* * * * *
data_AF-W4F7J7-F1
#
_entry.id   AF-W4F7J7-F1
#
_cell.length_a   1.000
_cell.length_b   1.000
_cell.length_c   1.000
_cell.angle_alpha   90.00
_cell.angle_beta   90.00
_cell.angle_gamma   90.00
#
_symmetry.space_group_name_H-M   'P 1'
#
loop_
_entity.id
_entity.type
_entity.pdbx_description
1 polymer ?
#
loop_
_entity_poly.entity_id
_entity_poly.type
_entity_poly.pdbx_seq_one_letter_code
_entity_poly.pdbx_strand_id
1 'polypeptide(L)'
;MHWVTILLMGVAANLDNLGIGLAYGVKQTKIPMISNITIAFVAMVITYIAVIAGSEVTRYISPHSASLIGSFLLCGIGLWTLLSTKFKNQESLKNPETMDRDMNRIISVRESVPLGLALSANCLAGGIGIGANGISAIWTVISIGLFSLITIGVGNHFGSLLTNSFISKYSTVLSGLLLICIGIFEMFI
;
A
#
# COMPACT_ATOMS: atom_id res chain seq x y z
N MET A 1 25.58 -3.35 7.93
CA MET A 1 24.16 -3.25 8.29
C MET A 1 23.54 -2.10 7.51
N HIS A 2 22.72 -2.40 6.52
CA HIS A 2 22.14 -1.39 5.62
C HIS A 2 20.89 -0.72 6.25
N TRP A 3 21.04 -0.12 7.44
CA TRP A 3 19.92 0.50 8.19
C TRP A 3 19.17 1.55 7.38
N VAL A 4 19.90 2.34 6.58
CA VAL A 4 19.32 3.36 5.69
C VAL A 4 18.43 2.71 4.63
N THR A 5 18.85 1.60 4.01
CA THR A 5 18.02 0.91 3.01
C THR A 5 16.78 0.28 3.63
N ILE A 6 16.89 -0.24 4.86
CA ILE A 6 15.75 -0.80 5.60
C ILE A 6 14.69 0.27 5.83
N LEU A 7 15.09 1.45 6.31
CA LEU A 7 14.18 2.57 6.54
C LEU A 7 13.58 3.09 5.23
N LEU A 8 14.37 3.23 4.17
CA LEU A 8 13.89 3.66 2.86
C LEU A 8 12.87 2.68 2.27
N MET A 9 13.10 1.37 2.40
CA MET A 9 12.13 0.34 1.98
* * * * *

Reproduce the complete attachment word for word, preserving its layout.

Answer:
data_AF-W4F7J7-F1
#
_entry.id   AF-W4F7J7-F1
#
_cell.length_a   1.000
_cell.length_b   1.000
_cell.length_c   1.000
_cell.angle_alpha   90.00
_cell.angle_beta   90.00
_cell.angle_gamma   90.00
#
_symmetry.space_group_name_H-M   'P 1'
#
loop_
_entity.id
_entity.type
_entity.pdbx_description
1 polymer ?
#
loop_
_entity_poly.entity_id
_entity_poly.type
_entity_poly.pdbx_seq_one_letter_code
_entity_poly.pdbx_strand_id
1 'polypeptide(L)'
;MHWVTILLMGVAANLDNLGIGLAYGVKQTKIPMISNITIAFVAMVITYIAVIAGSEVTRYISPHSASLIGSFLLCGIGLWTLLSTKFKNQESLKNPETMDRDMNRIISVRESVPLGLALSANCLAGGIGIGANGISAIWTVISIGLFSLITIGVGNHFGSLLTNSFISKYSTVLSGLLLICIGIFEMFI
;
A
#
# COMPACT_ATOMS: atom_id res chain seq x y z
N MET A 1 25.58 -3.35 7.93
CA MET A 1 24.16 -3.25 8.29
C MET A 1 23.54 -2.10 7.51
N HIS A 2 22.72 -2.40 6.52
CA HIS A 2 22.14 -1.39 5.62
C HIS A 2 20.89 -0.72 6.25
N TRP A 3 21.04 -0.12 7.44
CA TRP A 3 19.92 0.50 8.19
C TRP A 3 19.17 1.55 7.38
N VAL A 4 19.90 2.34 6.58
CA VAL A 4 19.32 3.36 5.69
C VAL A 4 18.43 2.71 4.63
N THR A 5 18.85 1.60 4.01
CA THR A 5 18.02 0.91 3.01
C THR A 5 16.78 0.28 3.63
N ILE A 6 16.89 -0.24 4.86
CA ILE A 6 15.75 -0.80 5.60
C ILE A 6 14.69 0.27 5.83
N LEU A 7 15.09 1.45 6.31
CA LEU A 7 14.18 2.57 6.54
C LEU A 7 13.58 3.09 5.23
N LEU A 8 14.37 3.23 4.17
CA LEU A 8 13.89 3.66 2.86
C LEU A 8 12.87 2.68 2.27
N MET A 9 13.10 1.37 2.40
CA MET A 9 12.13 0.34 1.98